Work at the Justice Department's headquarters in Washington has been slower than normal because of the government shutdown. Even so, it's calling attention to administration priorities about the southern border.
Work at the Justice Department’s headquarters in Washington has been slower than normal because of the government shutdown. Even so, it’s calling attention to administration priorities about the southern border. (J. David Ake| AP)

DOJ, Largely Shut Down, Nonetheless Issued Statements On Southern Border Cases

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The ongoing government shutdown didn’t stop the Justice Department’s public affairs office from issuing statements this week about cases involving America’s southern border.

Officials in Washington, D.C., instructed field office workers on December 21 that the public affairs unit would “only issue press releases to the extent it is necessary to ensure public safety or national security, such as a terrorist attack or something of similar magnitude.”

That’s why the pair of announcements this week raised some eyebrows — the cases involved the sentencing of foreign-born defendants who participated in an international sex trafficking operation, forcing young women and girls from Mexico and Central America into prostitution.

Even though the government is shut down, those announcements appeared ahead of the speech scheduled for Tuesday night in which President Trump is expected to make a case that there’s an “emergency” on the border, and later travel to see it himself.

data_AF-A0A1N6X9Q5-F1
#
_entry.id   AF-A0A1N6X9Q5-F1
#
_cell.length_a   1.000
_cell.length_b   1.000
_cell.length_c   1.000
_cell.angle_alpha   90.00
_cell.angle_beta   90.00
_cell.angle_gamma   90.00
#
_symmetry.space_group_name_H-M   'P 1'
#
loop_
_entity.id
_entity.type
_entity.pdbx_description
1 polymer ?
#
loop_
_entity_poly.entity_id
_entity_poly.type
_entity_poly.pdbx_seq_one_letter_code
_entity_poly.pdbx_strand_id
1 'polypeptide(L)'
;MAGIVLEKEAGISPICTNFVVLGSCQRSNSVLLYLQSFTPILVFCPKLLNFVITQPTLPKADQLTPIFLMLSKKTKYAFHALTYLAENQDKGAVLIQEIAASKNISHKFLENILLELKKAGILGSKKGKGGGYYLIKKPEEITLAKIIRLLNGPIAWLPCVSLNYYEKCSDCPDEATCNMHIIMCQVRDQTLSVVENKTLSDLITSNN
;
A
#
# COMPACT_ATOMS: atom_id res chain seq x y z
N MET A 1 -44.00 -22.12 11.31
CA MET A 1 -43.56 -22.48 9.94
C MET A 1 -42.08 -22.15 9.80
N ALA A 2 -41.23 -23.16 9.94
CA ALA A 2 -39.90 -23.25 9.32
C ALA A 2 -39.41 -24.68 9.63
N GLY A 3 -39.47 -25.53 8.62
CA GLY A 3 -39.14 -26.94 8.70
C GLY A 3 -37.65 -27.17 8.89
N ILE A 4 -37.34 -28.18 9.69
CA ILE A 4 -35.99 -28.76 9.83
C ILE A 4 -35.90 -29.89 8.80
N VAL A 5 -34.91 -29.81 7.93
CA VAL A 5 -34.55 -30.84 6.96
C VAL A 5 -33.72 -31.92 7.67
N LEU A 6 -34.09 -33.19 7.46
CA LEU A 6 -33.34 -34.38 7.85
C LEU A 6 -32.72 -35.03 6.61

“As this is the only public release that DOJ has put out during the government shutdown, it is of high national importance,” a Justice Department spokesperson said in a written statement Monday.

Authorities also highlighted the cases in an official Twitter stream.

Longtime law enforcement observers wondered to NPR how those cases fit into the public safety or national security exception, especially since the defendants had been held in federal custody for years before their sentencing.

But the DOJ emphasis on trafficking does fit with recent rhetoric from Trump, who has been citing the threat of sex trafficking as one of many reasons he wants to build a wall along the southern border.

Trump has said, without evidence, that such a wall would have a “huge effect” on trafficking. The administration wants Democrats to agree to authorize some $5 billion for a border wall and end the impasse over funding the government that has idled much of the Justice Department and other agencies.

Democrats won’t go along. They argue the United States can enhance its border security without a physical barrier and also want to deny Trump the ability to fulfill a signature campaign promise — although Trump had also said that Mexico would pay for a wall.

Former prosecutors pointed out to NPR that the public fight over the wall has largely pushed developments in the ongoing investigation of Russian election interference out of the news. The special counsel, Robert Mueller, and his team are covered by a separate funding stream and are at work despite the overall federal government shutdown.

Justice Department spokeswoman Kerri Kupec said the decision about whether to issue press releases publicizing cases is a “discretionary” one, and that despite the furlough, her small team is continuing to operate in a “limited manner.”

“We’ve tried in our limited capacity to answer requests as we’re able and are issuing occasional news releases,” Kupec told NPR.

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